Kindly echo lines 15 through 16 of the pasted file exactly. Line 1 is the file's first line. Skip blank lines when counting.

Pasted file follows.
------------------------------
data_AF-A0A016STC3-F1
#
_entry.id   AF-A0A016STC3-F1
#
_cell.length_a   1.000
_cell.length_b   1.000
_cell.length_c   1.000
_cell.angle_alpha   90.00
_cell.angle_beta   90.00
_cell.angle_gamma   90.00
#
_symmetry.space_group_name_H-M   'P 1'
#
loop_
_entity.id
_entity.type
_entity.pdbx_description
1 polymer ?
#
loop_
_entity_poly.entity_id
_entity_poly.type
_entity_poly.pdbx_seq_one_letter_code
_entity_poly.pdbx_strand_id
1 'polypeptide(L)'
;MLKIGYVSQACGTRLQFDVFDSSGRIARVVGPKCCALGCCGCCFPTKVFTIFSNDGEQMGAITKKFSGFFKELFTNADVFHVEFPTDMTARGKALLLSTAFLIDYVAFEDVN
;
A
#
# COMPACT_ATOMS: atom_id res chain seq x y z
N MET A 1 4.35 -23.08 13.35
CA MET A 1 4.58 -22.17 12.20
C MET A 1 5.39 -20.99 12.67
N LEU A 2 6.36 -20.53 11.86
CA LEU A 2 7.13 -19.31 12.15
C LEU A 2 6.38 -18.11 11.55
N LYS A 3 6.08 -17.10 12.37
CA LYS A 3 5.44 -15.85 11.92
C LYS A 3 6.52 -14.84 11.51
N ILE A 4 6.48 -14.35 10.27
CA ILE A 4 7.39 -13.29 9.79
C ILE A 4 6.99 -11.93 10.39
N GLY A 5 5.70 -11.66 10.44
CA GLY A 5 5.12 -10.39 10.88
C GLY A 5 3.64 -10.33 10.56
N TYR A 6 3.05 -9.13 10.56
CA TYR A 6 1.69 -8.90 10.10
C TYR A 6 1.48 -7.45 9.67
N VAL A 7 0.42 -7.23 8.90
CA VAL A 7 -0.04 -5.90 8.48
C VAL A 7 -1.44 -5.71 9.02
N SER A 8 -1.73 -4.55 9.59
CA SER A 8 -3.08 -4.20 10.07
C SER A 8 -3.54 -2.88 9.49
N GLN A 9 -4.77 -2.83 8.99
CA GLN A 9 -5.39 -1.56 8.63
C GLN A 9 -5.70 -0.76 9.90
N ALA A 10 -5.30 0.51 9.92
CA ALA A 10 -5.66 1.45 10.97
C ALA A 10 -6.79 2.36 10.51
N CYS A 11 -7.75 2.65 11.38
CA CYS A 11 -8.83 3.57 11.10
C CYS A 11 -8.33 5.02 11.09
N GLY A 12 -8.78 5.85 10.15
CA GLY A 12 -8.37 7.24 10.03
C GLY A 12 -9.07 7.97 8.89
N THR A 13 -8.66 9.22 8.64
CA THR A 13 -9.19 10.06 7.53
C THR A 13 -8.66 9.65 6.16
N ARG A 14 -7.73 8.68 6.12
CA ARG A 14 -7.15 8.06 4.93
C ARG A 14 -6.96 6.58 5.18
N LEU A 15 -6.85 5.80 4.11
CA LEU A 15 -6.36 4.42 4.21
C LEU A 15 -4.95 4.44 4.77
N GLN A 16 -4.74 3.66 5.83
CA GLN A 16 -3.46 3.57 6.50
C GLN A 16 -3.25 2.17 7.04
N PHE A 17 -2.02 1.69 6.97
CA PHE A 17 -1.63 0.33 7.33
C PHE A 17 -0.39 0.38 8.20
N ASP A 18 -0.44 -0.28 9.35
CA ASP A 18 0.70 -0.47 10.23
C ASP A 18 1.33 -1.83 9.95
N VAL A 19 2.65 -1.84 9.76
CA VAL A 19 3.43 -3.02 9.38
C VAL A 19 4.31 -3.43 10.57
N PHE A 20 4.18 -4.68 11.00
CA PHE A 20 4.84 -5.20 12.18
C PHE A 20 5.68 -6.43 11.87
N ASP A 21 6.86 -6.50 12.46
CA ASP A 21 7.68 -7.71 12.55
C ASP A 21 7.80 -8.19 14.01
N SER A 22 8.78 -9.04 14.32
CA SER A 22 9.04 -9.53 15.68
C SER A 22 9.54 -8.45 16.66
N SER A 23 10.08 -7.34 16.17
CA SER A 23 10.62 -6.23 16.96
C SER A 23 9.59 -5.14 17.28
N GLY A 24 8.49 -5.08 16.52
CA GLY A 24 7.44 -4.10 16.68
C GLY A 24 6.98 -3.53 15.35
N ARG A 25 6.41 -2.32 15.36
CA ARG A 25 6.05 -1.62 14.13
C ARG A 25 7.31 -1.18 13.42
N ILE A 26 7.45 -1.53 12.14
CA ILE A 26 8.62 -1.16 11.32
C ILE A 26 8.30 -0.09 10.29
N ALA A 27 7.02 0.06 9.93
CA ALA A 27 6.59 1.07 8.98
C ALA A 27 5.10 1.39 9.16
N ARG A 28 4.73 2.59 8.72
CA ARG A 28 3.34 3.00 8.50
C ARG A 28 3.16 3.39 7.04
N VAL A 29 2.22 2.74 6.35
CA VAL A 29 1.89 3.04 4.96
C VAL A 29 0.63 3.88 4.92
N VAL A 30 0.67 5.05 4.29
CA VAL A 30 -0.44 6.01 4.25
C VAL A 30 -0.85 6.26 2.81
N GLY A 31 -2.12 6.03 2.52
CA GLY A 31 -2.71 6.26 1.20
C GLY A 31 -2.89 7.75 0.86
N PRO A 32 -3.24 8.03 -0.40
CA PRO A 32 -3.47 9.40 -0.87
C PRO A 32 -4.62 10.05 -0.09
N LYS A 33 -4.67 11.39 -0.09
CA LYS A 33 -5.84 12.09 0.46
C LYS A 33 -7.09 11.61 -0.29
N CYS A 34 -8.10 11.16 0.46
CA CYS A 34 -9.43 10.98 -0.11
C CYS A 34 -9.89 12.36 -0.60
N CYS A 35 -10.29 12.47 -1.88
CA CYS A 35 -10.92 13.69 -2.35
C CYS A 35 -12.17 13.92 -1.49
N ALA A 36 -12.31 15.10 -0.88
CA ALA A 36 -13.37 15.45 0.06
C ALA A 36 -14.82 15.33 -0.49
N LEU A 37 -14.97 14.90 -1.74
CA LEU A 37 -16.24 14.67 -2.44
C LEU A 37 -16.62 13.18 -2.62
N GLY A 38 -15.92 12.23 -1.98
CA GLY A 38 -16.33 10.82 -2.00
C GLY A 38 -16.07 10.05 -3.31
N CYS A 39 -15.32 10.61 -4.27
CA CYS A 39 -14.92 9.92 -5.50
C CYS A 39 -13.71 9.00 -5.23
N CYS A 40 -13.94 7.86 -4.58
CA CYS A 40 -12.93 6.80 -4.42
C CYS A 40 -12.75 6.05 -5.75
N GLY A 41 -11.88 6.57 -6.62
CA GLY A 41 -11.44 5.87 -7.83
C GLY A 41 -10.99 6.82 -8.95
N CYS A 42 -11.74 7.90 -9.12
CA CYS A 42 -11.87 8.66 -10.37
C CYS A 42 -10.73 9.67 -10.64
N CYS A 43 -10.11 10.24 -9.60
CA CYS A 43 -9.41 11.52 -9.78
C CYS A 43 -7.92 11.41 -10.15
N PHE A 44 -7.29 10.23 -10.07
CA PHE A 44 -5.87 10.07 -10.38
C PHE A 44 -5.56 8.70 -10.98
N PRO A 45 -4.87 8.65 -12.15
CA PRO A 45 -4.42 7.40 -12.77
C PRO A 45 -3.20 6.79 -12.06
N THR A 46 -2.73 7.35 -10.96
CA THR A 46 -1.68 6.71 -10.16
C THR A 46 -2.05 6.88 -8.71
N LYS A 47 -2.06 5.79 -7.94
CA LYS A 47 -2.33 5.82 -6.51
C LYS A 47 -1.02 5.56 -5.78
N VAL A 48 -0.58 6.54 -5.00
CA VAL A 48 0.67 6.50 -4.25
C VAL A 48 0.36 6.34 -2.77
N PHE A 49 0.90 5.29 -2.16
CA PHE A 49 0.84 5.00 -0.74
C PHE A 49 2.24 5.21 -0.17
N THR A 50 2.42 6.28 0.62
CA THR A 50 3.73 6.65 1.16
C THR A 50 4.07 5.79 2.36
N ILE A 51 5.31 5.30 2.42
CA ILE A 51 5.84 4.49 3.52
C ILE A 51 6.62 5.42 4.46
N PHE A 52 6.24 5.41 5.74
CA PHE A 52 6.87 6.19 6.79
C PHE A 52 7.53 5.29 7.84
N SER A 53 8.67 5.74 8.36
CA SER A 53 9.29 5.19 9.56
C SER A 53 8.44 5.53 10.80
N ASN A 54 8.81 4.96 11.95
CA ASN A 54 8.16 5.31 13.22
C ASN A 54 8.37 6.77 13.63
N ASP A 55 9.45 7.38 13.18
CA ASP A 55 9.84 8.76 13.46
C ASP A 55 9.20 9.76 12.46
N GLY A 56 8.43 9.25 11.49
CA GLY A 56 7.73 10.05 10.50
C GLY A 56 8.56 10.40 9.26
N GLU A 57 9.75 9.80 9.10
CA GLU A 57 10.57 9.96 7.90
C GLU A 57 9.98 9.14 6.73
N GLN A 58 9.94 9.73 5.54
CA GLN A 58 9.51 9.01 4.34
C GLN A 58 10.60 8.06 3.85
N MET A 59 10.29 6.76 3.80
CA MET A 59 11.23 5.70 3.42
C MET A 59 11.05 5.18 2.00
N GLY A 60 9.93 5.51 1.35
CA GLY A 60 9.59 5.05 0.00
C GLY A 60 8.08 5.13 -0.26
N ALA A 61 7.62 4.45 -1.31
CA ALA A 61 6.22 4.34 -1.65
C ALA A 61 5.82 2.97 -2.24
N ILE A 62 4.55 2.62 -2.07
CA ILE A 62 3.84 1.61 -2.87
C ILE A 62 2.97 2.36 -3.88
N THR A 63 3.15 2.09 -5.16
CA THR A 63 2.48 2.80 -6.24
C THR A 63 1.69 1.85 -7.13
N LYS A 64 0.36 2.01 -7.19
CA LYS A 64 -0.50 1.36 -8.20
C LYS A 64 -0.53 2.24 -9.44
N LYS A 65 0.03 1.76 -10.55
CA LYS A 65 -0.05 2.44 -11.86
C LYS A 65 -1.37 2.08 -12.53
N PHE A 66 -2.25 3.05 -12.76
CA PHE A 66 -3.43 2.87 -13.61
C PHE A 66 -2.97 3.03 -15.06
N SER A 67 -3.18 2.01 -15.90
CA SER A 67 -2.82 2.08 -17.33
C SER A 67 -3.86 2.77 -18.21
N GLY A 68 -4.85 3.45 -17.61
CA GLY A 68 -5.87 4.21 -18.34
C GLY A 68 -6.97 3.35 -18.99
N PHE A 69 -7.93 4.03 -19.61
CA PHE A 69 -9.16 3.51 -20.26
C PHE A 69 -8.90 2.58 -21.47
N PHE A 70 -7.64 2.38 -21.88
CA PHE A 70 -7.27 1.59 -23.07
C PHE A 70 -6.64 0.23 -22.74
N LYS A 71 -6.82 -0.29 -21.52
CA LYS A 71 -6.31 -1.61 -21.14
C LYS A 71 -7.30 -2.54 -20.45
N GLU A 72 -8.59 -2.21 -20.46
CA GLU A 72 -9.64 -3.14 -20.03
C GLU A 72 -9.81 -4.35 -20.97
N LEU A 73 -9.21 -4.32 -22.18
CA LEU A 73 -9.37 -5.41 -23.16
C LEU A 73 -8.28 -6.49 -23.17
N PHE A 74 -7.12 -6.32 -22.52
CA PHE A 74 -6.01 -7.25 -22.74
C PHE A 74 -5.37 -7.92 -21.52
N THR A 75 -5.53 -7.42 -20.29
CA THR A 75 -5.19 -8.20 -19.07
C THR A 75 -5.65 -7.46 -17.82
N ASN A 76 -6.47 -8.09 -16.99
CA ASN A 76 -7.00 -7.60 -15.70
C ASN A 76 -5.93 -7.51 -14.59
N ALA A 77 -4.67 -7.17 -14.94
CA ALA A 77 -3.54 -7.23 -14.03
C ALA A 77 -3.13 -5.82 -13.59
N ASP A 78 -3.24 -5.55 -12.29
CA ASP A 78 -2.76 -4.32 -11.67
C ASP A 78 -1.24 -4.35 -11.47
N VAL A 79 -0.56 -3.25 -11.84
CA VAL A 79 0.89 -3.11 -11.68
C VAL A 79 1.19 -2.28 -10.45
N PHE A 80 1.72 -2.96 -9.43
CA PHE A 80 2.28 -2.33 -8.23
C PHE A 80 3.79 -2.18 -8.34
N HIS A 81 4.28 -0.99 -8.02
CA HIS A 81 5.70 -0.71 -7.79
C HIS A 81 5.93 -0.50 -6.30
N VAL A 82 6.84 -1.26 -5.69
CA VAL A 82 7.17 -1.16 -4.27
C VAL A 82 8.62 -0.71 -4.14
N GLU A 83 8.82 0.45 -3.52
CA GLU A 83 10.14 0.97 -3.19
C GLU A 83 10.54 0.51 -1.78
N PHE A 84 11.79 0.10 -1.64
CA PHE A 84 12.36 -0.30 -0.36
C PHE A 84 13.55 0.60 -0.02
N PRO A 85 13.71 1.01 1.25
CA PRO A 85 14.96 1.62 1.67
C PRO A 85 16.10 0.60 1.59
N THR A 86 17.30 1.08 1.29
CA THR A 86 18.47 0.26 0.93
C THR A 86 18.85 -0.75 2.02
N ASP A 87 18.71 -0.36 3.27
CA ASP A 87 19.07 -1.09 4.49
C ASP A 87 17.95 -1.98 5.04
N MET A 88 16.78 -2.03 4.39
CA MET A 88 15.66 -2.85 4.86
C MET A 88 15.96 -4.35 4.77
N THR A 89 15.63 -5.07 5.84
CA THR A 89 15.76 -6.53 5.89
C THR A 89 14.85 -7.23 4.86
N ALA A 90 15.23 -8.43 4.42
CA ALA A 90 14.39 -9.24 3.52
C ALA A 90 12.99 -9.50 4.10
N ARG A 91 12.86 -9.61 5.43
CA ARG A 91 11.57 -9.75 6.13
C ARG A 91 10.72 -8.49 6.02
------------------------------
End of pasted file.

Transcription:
_entity.id
_entity.type